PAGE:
Critical Care Medicine

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Critical Care Medicine:
doi: 10.1097/CCM.0b013e31828a3e00
Neurologic Critical Care

Hyperbaric Oxygen Does Not Improve Cerebral Function When Started 2 or 4 Hours After Cerebral Arterial Gas Embolism in Swine*

Weenink, Robert P. MD1,2; Hollmann, Markus W. MD, PhD, DEAA2; Vrijdag, Xavier C. E. MSc3; Van Lienden, Krijn P. MD4; De Boo, Diederick W. MD, PhD4; Stevens, Markus F. MD, PhD2; Van Gulik, Thomas M. MD, PhD3; Van Hulst, Robert A. MD, PhD1,2

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Objective: Hyperbaric oxygenation is the accepted treatment for cerebral arterial gas embolism. Although earlier start of hyperbaric oxygenation is associated with better outcome, it is unknown how much delay can be tolerated before start of hyperbaric oxygenation. This study investigates the effect of hyperbaric oxygenation on cerebral function in swine when initiated 2 or 4 hours after cerebral arterial gas embolism.

Design: Prospective interventional animal study.

Setting: Surgical laboratory and hyperbaric chamber.

Subjects: Twenty-two Landrace pigs.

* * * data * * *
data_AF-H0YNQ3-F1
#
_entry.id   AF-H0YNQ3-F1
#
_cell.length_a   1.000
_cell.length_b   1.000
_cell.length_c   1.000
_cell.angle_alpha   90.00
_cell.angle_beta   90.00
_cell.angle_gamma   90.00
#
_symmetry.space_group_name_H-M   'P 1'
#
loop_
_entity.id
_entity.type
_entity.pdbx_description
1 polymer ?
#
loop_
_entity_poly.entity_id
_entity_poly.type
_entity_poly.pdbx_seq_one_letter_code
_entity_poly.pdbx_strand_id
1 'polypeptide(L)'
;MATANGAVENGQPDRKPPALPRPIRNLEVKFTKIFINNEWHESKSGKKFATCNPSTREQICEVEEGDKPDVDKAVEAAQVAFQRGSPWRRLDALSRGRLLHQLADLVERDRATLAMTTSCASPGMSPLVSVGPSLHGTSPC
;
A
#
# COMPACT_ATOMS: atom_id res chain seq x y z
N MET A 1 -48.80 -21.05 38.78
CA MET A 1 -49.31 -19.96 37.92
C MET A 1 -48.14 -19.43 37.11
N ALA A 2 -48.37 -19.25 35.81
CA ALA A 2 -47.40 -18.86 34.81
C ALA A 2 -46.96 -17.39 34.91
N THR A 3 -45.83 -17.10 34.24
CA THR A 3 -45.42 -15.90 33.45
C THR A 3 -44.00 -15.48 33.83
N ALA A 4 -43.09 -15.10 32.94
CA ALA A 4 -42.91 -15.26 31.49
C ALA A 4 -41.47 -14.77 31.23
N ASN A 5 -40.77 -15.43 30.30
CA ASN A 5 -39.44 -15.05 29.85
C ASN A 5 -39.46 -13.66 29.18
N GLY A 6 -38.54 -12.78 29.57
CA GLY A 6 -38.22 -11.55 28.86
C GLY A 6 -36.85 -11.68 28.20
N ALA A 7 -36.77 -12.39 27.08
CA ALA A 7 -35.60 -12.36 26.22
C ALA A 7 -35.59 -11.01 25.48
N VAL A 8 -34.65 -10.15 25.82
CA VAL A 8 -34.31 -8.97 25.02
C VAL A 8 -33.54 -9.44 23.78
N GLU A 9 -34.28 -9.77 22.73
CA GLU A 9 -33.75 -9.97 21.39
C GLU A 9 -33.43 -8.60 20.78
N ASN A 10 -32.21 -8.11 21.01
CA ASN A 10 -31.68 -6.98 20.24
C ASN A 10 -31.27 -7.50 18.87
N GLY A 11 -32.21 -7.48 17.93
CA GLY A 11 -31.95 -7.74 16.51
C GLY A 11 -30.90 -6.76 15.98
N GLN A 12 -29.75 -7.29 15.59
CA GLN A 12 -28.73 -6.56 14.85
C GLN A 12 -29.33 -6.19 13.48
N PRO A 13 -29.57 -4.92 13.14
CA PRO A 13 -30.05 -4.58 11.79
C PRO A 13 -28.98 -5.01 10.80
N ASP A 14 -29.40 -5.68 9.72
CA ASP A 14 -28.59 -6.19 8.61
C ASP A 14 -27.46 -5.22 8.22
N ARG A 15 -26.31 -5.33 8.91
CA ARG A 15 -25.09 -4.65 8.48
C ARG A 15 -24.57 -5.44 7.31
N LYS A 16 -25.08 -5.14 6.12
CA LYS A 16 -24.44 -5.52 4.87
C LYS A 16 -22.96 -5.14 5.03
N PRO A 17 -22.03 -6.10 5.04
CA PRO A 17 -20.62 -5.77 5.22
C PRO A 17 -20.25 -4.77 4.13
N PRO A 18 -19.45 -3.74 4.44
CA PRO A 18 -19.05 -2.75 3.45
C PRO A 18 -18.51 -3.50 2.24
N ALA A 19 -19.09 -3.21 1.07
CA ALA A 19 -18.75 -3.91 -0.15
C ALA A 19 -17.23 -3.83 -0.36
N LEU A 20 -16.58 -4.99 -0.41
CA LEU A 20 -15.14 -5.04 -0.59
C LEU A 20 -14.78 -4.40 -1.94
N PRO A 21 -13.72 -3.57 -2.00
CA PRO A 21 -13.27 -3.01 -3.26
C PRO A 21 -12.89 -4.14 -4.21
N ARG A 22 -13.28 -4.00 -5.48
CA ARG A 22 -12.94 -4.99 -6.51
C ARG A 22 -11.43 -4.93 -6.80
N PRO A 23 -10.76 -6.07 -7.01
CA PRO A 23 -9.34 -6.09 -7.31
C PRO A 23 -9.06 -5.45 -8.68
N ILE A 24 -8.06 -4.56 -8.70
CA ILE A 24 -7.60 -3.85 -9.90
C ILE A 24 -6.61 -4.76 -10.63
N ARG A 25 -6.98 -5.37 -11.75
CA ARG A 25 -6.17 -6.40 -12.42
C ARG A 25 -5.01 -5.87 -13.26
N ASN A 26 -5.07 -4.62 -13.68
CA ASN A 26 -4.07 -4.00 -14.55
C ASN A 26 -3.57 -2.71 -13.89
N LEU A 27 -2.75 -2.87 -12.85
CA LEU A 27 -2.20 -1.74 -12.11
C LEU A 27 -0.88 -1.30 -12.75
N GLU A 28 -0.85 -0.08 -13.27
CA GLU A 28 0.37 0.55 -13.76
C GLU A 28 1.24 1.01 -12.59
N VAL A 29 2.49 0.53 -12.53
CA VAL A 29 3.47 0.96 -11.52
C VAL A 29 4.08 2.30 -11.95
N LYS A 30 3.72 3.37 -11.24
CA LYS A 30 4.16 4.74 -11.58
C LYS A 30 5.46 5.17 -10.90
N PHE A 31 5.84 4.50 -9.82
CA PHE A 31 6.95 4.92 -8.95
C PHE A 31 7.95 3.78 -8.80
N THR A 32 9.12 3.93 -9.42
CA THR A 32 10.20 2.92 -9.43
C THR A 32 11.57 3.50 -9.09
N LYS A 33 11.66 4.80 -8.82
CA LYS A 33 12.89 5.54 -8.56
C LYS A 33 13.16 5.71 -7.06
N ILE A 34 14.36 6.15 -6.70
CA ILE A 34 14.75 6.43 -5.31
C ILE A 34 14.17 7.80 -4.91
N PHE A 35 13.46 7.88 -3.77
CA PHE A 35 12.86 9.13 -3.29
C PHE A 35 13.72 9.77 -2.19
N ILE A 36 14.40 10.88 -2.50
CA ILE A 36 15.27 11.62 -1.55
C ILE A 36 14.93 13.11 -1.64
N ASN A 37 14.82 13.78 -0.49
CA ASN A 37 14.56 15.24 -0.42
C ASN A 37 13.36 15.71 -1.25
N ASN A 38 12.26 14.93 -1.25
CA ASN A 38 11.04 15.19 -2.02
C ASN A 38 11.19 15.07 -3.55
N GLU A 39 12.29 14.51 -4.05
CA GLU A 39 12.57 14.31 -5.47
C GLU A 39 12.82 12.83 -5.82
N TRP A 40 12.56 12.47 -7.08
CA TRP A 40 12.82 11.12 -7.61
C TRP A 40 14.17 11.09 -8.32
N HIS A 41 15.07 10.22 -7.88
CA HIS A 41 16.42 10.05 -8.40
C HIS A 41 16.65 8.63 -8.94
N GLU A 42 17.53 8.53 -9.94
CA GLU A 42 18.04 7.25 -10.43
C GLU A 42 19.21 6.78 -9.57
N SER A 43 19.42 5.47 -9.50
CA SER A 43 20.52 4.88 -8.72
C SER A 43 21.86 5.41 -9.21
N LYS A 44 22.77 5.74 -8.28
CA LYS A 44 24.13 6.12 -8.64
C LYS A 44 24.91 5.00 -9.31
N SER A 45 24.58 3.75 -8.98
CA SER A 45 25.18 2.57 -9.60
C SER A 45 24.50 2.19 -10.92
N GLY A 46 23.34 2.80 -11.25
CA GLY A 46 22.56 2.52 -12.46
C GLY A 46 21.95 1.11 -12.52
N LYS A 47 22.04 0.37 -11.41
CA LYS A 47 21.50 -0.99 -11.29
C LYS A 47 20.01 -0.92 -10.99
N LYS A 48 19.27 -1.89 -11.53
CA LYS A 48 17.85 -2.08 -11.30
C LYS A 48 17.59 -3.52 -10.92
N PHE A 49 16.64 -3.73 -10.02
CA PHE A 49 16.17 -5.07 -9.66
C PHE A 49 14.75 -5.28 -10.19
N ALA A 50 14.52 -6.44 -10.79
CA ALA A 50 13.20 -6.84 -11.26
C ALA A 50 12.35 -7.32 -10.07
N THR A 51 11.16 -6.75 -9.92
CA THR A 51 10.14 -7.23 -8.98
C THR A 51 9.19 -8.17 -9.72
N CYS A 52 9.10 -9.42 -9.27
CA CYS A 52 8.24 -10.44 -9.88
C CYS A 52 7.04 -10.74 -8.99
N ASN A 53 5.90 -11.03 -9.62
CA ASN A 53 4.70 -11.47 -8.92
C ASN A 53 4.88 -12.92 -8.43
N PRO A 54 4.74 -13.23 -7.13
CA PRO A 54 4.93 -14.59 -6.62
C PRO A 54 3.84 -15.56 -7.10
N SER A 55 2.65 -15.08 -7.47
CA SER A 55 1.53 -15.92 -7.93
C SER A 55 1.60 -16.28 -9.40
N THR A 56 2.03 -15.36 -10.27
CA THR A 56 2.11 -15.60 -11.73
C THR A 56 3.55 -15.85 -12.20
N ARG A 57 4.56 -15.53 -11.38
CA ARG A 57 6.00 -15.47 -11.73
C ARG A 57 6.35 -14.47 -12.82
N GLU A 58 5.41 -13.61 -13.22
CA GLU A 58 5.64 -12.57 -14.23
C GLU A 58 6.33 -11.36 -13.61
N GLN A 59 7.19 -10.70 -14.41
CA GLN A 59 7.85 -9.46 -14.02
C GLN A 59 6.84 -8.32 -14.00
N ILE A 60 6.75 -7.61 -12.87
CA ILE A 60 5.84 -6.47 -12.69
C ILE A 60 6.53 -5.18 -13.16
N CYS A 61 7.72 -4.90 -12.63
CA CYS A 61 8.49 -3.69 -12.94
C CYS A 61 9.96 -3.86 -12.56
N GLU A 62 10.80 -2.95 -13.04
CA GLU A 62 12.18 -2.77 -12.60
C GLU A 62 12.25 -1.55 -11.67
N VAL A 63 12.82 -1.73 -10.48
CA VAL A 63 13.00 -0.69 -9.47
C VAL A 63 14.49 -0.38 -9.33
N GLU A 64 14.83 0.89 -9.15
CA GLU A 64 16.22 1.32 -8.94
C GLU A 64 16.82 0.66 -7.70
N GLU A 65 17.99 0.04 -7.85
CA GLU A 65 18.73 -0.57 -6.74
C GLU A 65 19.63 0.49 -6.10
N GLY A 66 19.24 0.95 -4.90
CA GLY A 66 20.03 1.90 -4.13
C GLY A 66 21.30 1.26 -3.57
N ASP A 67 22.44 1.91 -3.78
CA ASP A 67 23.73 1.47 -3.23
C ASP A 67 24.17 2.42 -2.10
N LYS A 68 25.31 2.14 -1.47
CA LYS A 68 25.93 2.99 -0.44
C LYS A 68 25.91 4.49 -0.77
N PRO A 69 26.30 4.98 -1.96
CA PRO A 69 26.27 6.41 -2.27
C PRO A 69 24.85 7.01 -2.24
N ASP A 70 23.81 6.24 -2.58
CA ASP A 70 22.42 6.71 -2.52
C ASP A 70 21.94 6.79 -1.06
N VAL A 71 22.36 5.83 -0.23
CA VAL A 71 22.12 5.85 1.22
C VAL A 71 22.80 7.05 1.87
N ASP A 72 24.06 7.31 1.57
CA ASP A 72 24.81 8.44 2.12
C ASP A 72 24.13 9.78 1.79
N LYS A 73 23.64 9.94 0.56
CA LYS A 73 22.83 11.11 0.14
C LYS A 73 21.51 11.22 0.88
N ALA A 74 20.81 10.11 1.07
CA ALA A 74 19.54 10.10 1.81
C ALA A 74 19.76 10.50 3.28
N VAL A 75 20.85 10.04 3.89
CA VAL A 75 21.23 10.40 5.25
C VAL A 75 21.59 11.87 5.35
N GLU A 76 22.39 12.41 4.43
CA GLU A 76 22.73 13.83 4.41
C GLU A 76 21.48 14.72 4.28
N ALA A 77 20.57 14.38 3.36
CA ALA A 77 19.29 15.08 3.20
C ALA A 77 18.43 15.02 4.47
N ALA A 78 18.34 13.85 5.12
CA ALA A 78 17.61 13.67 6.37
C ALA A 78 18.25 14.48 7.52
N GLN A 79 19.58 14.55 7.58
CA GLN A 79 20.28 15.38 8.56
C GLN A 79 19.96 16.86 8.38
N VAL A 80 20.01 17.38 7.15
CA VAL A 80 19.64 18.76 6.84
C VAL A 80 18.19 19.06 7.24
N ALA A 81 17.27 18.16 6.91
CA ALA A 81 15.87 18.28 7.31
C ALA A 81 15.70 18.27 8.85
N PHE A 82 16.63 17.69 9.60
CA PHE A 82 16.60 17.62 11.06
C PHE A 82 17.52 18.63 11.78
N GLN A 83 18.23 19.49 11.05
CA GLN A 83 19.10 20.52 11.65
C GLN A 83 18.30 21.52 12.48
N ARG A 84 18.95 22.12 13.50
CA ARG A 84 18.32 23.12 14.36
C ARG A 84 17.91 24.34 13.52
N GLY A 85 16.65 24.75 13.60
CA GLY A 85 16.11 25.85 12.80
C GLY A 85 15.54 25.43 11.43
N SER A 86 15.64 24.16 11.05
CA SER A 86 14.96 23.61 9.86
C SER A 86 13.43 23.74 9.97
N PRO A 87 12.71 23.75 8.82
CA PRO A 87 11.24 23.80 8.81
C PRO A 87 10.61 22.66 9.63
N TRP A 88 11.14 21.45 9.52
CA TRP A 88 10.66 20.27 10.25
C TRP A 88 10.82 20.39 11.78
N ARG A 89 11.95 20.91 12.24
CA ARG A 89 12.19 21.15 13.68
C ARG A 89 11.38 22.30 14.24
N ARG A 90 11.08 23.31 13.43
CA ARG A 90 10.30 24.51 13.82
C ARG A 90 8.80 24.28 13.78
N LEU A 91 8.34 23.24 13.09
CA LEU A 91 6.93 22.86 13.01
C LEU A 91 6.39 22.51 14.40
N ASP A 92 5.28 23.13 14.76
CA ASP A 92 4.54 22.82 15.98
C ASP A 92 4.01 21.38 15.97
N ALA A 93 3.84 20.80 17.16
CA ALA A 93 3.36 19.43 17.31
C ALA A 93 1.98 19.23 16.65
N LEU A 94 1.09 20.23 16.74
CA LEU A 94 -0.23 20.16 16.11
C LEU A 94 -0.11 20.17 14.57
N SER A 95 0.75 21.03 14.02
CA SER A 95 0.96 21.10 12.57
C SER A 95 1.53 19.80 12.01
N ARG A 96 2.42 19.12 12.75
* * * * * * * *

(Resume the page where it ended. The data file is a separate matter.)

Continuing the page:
Interventions: Under general anesthesia, probes to measure intracranial pressure, brain oxygen tension (PbtO2), and brain microdialysis, and electrodes for electroencephalography were placed. The electroencephalogram (quantified using temporal brain symmetry index) was suppressed during 1 hour by repeated injection of air boluses through a catheter placed in the right ascending pharyngeal artery. Hyperbaric oxygenation was administered using U.S. Navy Treatment Table 6 after 2- or 4-hour delay. Control animals were maintained on an inspiratory oxygen fraction of 0.4.

Measurements and Main Results: Intracranial pressure increased to a mean maximum of 19 mm Hg (SD, 4.5 mm Hg) due to the embolization procedure. Hyperbaric oxygenation significantly increased PbtO2 in both groups treated with hyperbaric oxygenation (mean maximum PbtO2, 390 torr; SD, 177 torr). There were no significant differences between groups with regard to temporal brain symmetry index (control vs 2-hr delay, p = 0.078; control vs 4-hr delay, p = 0.150), intracranial pressure, and microdialysis values.

Conclusions: We did not observe an effect of hyperbaric oxygenation on cerebral function after a delay of 2 or 4 hours. The injury caused in our model could be too severe for a single session of hyperbaric oxygenation to be effective. Our study should not change current hyperbaric oxygenation strategies for cerebral arterial gas embolism, but further research is necessary to elucidate our results. Whether less severe injury benefits from hyperbaric oxygenation should be investigated in models using smaller amounts of air and clinical outcome measures.

© 2013 by the Society of Critical Care Medicine and Lippincott Williams & Wilkins

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